27th Sunday of Ordinary Time
Oct. 5, 2014
Is 5: 1-7
Phil 4: 6-9
Matt 21: 33-43
Iona College, N.R.
St. Ursula, Mt. Vernon
“Let me now sing of my friend, my friend’s song concerning his vineyard” (Is 5: 1).
(At Iona: Unfortunately, the recent work on the little house over yonder resulted in the removal of the chain link fence behind it, and thus also of the grape vines that graced the fence. I’m sure those few vines didn’t qualify as a vineyard, and I never heard any of the brothers singing out there. Then, again, I think the grapes were wild, so maybe they weren’t worth singing about.)
The poem from Isaiah that we read this evening/morning obviously was chosen to match Jesus’ parable of the wicked tenant farmers—a parable that’s a kind of a follow-up to the parable we heard last week, in the 5 verses immediately preceding this parable in Matthew’s Gospel, about the 2 sons who were asked to go and work in the family vineyard (21:28-32).
|Vineyard in Tuscany (Rita Mendl)|
The Lord is the prophet’s friend, according to the prophetic poem (5:1), and the Lord’s care for his vineyard bespeaks love, a desire to befriend all of Israel and not just the prophet: the friend has chosen the vineyard’s location carefully, worked hard to prepare the ground, made choice plantings, taken protective measures, prepared equipment for the harvest. Such care merits a response of good fruit, of loving devotion. “What more was there to do for my vineyard that I had not done?” the Lord asks with frustration (5:4). The vineyard has gone its own way—an image of what the kingdom of Judah, its kings and nobles and priests, has done in Isaiah’s time.
When people go their own way, the Lord does 2 things: he sends prophets to warn them, to try to lead them back to the right path, and Jesus seems to suggest that in his parable of the tenant farmers today (Matt 21:36); and if they don’t respond to the prophets, he allows them to suffer the consequences, which are inevitably disastrous. That’s a theme of the Book of Judges, of 1-2 Samuel, and of 1-2 Kings, and it’s a constant warning in the prophetic books of the O.T. as well as in some of Jesus’ parables.
It’s not fashionable to make statements today like those prophecies of old; it’s quite politically incorrect.
Do you think the prophecies of Isaiah, Jeremiah, Amos, and the rest are only for our knowledge of ancient Israel? Do you think they don’t have anything to do with us today? Or perhaps that they’re only about individuals—if you personally are unfaithful to God, you’ll be punished here or hereafter or both?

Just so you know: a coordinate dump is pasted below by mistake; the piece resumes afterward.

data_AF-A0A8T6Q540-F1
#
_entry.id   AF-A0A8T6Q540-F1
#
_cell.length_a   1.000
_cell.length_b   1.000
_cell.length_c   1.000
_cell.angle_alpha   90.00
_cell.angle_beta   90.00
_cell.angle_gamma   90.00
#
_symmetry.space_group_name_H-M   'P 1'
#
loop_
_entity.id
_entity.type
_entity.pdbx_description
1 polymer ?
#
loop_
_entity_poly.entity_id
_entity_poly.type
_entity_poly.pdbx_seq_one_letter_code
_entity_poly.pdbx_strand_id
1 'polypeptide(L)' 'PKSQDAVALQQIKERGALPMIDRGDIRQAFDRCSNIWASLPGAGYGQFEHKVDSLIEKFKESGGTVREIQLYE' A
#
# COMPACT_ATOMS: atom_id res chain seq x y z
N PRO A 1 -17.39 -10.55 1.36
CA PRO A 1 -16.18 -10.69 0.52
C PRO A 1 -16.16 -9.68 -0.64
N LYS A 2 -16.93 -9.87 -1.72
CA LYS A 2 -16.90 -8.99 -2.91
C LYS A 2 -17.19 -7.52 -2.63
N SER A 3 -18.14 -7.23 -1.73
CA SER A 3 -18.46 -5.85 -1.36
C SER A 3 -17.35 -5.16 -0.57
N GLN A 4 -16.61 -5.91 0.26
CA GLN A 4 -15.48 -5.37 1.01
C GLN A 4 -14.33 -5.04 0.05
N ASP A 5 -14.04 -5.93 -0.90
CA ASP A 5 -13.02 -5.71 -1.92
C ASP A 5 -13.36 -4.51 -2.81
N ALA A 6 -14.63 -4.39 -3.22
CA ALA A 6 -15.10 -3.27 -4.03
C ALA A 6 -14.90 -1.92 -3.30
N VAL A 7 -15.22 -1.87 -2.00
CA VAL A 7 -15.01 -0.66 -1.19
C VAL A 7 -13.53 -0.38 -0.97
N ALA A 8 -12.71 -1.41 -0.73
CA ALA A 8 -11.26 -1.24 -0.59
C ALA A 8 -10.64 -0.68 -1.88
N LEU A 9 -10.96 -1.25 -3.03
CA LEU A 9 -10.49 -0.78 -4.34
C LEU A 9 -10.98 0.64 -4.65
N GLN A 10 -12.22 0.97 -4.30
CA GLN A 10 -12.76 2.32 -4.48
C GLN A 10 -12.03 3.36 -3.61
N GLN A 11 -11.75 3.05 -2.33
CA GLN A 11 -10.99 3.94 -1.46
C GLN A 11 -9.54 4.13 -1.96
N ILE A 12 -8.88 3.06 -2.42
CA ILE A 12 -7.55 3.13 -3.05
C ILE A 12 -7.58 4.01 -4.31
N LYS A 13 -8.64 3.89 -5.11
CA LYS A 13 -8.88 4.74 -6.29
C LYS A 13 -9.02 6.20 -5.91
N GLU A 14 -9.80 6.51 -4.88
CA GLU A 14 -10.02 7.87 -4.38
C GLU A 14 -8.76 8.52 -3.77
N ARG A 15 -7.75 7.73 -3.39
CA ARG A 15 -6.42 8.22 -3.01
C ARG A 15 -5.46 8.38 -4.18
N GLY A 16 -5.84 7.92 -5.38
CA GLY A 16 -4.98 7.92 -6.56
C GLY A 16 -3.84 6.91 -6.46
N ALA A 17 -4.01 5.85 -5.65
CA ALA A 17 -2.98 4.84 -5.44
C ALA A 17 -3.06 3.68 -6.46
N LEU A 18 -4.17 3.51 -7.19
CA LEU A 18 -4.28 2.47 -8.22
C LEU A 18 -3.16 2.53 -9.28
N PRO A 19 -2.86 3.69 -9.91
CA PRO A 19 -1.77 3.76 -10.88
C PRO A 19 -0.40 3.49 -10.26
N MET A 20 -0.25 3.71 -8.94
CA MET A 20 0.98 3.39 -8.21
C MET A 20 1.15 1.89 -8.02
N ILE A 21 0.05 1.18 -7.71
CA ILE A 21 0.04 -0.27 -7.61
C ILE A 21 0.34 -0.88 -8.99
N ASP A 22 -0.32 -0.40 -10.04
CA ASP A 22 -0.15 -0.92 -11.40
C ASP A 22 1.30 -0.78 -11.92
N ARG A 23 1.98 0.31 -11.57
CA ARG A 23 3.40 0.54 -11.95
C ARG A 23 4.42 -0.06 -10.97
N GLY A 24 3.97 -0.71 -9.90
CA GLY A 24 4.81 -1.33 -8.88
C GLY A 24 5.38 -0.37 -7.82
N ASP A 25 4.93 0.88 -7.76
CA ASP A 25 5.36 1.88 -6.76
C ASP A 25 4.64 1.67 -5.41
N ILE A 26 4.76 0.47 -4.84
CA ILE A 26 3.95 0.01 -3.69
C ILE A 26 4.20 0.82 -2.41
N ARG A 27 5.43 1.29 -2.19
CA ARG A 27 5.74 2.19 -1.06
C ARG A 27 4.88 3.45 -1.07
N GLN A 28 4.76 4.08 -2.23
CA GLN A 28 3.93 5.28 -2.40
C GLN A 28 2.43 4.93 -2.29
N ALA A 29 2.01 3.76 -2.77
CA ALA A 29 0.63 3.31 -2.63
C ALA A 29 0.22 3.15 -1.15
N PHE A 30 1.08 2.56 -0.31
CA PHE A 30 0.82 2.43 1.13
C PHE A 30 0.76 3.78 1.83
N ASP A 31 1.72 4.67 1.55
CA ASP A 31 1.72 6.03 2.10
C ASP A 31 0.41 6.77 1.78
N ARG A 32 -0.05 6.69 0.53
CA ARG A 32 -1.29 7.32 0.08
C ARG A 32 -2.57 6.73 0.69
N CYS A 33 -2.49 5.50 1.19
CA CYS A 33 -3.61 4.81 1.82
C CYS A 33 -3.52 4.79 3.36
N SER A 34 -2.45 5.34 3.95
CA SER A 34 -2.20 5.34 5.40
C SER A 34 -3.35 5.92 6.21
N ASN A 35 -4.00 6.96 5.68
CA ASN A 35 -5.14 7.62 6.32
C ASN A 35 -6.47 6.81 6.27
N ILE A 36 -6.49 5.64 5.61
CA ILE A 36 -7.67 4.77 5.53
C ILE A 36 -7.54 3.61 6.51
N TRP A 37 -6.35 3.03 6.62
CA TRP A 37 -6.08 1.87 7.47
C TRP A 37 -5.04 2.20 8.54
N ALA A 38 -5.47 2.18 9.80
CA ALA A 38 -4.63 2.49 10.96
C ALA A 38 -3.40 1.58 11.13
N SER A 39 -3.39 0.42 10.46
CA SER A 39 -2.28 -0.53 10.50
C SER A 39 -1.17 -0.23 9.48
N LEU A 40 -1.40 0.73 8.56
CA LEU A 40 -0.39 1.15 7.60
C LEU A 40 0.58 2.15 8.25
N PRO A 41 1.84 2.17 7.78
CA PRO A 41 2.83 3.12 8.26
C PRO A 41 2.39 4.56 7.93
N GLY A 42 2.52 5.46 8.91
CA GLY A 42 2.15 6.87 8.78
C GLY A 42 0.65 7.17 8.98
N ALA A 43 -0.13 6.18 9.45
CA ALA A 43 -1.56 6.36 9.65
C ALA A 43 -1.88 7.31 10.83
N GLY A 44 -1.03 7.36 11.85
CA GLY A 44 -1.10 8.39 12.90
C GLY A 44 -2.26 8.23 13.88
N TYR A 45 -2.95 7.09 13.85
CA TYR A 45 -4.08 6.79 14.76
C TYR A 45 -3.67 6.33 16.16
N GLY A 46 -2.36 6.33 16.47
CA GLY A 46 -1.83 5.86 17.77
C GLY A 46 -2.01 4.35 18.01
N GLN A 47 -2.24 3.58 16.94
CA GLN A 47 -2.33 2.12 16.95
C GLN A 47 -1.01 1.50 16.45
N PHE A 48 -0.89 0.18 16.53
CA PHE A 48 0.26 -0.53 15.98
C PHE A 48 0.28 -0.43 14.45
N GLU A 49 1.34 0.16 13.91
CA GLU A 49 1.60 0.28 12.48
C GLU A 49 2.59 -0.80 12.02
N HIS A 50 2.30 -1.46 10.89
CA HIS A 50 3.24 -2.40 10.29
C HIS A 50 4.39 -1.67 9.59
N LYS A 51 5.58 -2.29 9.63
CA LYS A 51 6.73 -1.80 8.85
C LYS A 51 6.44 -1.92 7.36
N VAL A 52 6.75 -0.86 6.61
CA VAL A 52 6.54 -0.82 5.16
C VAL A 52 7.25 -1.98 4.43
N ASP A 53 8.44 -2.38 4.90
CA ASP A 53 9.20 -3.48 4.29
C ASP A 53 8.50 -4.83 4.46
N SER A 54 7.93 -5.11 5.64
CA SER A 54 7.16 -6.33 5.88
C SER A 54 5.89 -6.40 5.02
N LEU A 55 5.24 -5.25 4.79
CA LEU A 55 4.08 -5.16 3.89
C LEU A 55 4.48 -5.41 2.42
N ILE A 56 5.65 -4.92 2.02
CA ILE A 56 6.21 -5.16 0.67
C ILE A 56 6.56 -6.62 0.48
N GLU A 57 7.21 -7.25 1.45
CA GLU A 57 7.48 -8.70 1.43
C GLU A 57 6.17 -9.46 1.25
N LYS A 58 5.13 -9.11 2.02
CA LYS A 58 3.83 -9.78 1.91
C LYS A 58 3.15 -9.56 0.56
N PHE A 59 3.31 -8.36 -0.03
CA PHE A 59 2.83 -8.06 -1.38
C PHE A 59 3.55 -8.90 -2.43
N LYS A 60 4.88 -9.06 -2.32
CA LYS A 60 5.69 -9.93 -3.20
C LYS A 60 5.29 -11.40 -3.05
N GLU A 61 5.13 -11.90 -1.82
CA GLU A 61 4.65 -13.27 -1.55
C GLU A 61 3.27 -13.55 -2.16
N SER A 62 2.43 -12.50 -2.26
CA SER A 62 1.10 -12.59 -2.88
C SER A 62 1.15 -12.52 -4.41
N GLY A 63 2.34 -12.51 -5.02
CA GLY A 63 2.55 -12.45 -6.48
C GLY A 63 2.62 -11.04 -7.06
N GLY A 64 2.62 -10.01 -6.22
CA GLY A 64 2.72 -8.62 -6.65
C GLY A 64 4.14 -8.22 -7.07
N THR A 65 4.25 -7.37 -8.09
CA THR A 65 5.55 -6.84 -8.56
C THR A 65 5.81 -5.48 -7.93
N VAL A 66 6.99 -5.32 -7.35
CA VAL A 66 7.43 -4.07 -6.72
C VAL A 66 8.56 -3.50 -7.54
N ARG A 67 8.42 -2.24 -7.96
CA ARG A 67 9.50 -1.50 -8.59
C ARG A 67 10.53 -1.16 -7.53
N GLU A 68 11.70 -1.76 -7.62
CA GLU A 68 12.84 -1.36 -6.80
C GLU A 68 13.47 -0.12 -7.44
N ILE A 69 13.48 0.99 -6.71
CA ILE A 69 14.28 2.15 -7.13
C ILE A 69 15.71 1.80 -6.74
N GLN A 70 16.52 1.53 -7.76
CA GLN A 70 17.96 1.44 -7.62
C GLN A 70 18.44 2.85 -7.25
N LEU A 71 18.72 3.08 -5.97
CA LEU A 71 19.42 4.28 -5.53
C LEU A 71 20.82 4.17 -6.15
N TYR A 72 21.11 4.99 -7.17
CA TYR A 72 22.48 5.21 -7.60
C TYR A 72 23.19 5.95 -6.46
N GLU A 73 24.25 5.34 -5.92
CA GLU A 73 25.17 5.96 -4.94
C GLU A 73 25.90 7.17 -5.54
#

Then consider the serious natural disasters afflicting us, year after year: storms, wildfires, epidemics, and so on. Consider the sad state of public life. Consider the tens of thousands of people who’ve fled and are fleeing their homes because they can’t find work, can’t feed themselves, or are threatened by deadly violence. Consider drug trafficking and human trafficking. Consider war and terrorism. Did I leave anything out?
The Bible tells us, “Sow the wind and reap the whirlwind” (Hos 8:7). Like the vineyard of Israel, when any society goes its own way and has no regard for the One who designed and planted it, that society will collapse. If we don’t respect the natural world that God created for us, the natural order of that world will break down: global warming, melting glaciers, rising oceans, weird weather patterns, etc. If we’re not concerned about justice, we’ll have injustice. If we’re not concerned about truth, we’ll have lies and deception. If we’re not concerned about integrity, we’ll have corruption. If we’re not concerned about the natural meaning of sexuality, marriage, and family, we’ll have a selfish and chaotic society. If we’re not concerned about human dignity, we’ll have domestic abuse, sexual abuse, abortion, gang violence, and slave labor. If we don’t honor God’s law, we’ll have only human law: which mostly means “might makes right.” Using the Jerusalem Bible translation for Isaiah’s last verse, the Lord “expected justice, but found bloodshed; integrity, but only a cry of distress” (5:7).
St. Paul today advises us how to address life’s difficult issues: “Have no anxiety at all, but in everything, by prayer and petition, with thanksgiving, makes your requests known to God” (Phil 4:6). We pray. We pray for ourselves and for our society. We do that in our general intercessions and in our private prayer.
Paul continues: “Whatever is true, whatever is honorable, whatever is just, whatever is pure, whatever is lovely, whatever is gracious, if there is any excellence, and if there is anything worthy of praise, think about these things” (4:8). Think about these things: shape your interior attitude; shape your heart; shape your soul. For your actions will follow your heart. Be a person of truth, honor, justice, purity, etc. Be an example for your children, grandchildren, students, colleagues, et al., so that your message, mostly unspoken, will be Paul’s: “Keep on doing what you have learned and received and heard and seen in me” (4:9). Peace, purity, justice are attractive and make people want to be with us, be like us.
And in this free society of ours, hold our public officials, corporations, banks, places of business, schools, and sources of entertainment accountable. Demand that they too be persons or institutions of truth, honor, justice, purity, and general excellence. The renewal of our society begins with you and me.
“Then the God of peace will be with you” (4:9). Then the Lord’s face will shine upon us, and we shall be saved (cf. Ps 80:20).